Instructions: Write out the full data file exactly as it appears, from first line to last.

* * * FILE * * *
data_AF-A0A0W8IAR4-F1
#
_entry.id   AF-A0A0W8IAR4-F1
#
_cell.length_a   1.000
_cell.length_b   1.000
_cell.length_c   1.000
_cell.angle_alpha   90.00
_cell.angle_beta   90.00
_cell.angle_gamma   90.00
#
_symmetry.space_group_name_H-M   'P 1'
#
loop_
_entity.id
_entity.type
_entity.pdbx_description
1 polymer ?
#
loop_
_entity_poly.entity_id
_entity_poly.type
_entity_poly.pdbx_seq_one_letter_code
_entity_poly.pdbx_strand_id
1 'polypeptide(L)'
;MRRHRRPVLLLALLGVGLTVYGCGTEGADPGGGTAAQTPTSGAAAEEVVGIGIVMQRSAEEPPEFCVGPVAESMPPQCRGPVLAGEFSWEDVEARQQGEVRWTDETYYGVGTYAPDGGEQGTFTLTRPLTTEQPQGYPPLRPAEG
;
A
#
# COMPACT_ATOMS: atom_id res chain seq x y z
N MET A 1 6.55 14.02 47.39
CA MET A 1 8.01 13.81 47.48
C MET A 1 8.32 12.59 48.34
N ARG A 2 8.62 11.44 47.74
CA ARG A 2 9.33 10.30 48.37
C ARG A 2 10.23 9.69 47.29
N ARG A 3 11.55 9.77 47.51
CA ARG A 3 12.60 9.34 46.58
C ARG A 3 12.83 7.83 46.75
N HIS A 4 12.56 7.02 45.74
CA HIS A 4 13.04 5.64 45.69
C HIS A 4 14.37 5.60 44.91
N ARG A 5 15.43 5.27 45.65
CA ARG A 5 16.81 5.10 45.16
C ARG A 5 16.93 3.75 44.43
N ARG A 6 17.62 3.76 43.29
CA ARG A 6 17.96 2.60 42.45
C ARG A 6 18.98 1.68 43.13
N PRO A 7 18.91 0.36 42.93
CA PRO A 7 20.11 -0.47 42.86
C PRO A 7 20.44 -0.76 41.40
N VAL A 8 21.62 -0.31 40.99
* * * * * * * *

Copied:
data_AF-A0A0W8IAR4-F1
#
_entry.id   AF-A0A0W8IAR4-F1
#
_cell.length_a   1.000
_cell.length_b   1.000
_cell.length_c   1.000
_cell.angle_alpha   90.00
_cell.angle_beta   90.00
_cell.angle_gamma   90.00
#
_symmetry.space_group_name_H-M   'P 1'
#
loop_
_entity.id
_entity.type
_entity.pdbx_description
1 polymer ?
#
loop_
_entity_poly.entity_id
_entity_poly.type
_entity_poly.pdbx_seq_one_letter_code
_entity_poly.pdbx_strand_id
1 'polypeptide(L)'
;MRRHRRPVLLLALLGVGLTVYGCGTEGADPGGGTAAQTPTSGAAAEEVVGIGIVMQRSAEEPPEFCVGPVAESMPPQCRGPVLAGEFSWEDVEARQQGEVRWTDETYYGVGTYAPDGGEQGTFTLTRPLTTEQPQGYPPLRPAEG
;
A
#
# COMPACT_ATOMS: atom_id res chain seq x y z
N MET A 1 6.55 14.02 47.39
CA MET A 1 8.01 13.81 47.48
C MET A 1 8.32 12.59 48.34
N ARG A 2 8.62 11.44 47.74
CA ARG A 2 9.33 10.30 48.37
C ARG A 2 10.23 9.69 47.29
N ARG A 3 11.55 9.77 47.51
CA ARG A 3 12.60 9.34 46.58
C ARG A 3 12.83 7.83 46.75
N HIS A 4 12.56 7.02 45.74
CA HIS A 4 13.04 5.64 45.69
C HIS A 4 14.37 5.60 44.91
N ARG A 5 15.43 5.27 45.65
CA ARG A 5 16.81 5.10 45.16
C ARG A 5 16.93 3.75 44.43
N ARG A 6 17.62 3.76 43.29
CA ARG A 6 17.96 2.60 42.45
C ARG A 6 18.98 1.68 43.13
N PRO A 7 18.91 0.36 42.93
CA PRO A 7 20.11 -0.47 42.86
C PRO A 7 20.44 -0.76 41.40
N VAL A 8 21.62 -0.31 40.99